Let’s revisit the 1 percent issue that made the headlines in the last presidential election and the Occupy Wall Street movement some years ago as an example. Members of the movement were protesting the fact that the top 1percent of households received far more than only 1 percent of pre-tax income in the country. Were they right? The data certainly backs up their claim.
As reported by Inequality.org, the top 1percent of households in 1976 received 8.9 percent of all pre-tax income. In 2008, that share skyrocketed to 21 percent of income.
Take a look at the chart below. It highlights the top 1 percent share of total pre-tax income from 1913 through 2008. Note the two highest points – 23.9 percent in 1928, and 23.5 percent in 2007. If those dates don’t ring a bell for you, they should.
When the top 1 percent peaked at receiving 23.9 percent of total pre-tax income in 1928, the Great Depression hit the country the following year. In 2007, when the top 1 percent was collecting 23.5 percent of that income, the Great Recession hit just one year later. Facts are stubborn things and the relationship between drastic income inequality and profound economic crises cannot be ignored. This inequality is not only bad for the 99 percent; it’s bad for the entire country.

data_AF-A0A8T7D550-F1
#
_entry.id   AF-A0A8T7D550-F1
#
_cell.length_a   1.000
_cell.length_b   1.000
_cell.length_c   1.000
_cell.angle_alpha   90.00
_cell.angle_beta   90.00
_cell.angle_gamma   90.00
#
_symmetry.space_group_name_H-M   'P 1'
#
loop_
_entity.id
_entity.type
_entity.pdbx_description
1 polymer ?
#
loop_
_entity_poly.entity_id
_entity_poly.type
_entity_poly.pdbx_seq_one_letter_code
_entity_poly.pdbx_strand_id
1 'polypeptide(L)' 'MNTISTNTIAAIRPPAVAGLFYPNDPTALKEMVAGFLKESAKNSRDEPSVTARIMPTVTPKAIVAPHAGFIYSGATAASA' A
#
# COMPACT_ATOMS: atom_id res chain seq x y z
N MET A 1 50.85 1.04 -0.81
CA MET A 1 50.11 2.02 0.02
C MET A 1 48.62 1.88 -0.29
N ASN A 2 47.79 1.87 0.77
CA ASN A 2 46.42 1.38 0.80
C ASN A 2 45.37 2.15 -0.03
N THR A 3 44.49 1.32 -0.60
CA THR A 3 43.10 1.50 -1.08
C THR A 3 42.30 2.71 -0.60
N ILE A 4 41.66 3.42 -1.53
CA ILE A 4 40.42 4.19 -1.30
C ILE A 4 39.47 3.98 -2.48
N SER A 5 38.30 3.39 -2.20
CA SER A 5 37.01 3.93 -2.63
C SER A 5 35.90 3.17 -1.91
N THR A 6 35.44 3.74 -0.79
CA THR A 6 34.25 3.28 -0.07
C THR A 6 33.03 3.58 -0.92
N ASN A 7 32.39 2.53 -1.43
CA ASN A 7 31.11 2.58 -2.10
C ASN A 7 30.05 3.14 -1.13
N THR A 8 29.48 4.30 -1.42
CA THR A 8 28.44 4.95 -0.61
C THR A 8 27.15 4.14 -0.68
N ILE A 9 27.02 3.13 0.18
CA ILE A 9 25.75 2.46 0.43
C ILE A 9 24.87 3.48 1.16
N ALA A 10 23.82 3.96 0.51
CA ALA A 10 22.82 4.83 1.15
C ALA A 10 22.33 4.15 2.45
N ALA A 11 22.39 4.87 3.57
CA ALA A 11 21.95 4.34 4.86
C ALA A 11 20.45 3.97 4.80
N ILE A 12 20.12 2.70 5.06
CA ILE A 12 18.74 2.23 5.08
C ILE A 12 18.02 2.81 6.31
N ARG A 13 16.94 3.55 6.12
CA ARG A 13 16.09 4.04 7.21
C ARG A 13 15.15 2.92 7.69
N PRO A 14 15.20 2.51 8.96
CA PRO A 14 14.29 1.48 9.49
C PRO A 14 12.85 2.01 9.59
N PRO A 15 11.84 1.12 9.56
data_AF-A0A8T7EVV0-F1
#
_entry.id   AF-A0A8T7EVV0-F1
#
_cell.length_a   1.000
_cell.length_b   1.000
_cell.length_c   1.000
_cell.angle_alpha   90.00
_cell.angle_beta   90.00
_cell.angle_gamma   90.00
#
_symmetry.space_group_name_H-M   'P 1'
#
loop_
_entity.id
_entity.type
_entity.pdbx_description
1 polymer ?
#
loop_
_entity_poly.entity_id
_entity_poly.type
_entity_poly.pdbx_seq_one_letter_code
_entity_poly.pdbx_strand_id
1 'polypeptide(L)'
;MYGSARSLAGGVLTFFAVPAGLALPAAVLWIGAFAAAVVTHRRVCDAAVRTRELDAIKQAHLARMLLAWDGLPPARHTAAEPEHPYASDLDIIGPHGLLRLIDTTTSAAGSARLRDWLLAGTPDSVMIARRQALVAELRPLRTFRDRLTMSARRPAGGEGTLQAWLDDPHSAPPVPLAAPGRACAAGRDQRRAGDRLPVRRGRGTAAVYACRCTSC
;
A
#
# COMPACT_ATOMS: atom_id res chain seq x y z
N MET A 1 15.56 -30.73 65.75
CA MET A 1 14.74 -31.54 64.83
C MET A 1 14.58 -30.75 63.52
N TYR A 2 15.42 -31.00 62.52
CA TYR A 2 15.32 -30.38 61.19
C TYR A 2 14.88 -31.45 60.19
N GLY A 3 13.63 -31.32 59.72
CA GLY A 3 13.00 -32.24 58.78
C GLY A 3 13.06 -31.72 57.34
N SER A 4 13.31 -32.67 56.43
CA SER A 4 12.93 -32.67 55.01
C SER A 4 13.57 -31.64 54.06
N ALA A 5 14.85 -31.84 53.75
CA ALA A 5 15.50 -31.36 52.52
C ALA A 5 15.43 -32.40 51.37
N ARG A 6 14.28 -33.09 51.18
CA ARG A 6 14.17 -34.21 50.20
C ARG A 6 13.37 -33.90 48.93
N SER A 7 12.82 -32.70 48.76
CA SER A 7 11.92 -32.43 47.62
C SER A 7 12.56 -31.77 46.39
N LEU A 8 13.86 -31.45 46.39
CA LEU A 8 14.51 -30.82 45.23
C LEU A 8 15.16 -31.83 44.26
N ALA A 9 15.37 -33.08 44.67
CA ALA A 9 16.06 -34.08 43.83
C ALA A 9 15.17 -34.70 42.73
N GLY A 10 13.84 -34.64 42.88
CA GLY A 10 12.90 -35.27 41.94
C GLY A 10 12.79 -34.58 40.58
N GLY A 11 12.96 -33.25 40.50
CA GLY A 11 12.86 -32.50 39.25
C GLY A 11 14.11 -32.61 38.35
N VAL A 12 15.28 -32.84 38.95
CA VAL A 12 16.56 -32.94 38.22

Why it Matters for All of Us
As union members, most of us are fortunate enough to have a higher, negotiated wage than our non-union counterparts. The income inequality is being addressed in the organized labor movement, so why do we need to join this fight?
The issue of income inequality affects us all. The Great Recession not only put far too many of us out of work; it wreaked havoc on pensions and personal savings, as well. Now, as our financial system recovers from our most recent economic unrest, income inequality continues to threaten our retirement future by affecting our Social Security program.
Most know that the revenue for Social Security is collected through a payroll tax. However, what many do not know is that there is a “cap” on how much of your wages are taxed to contribute to Social Security. The current cap is set at $118,500. Simply put, millionaires and yes, the top 1 percent, only contribute to Social Security on the first $118,500 they earn. Wage earnings after that mark are exempt.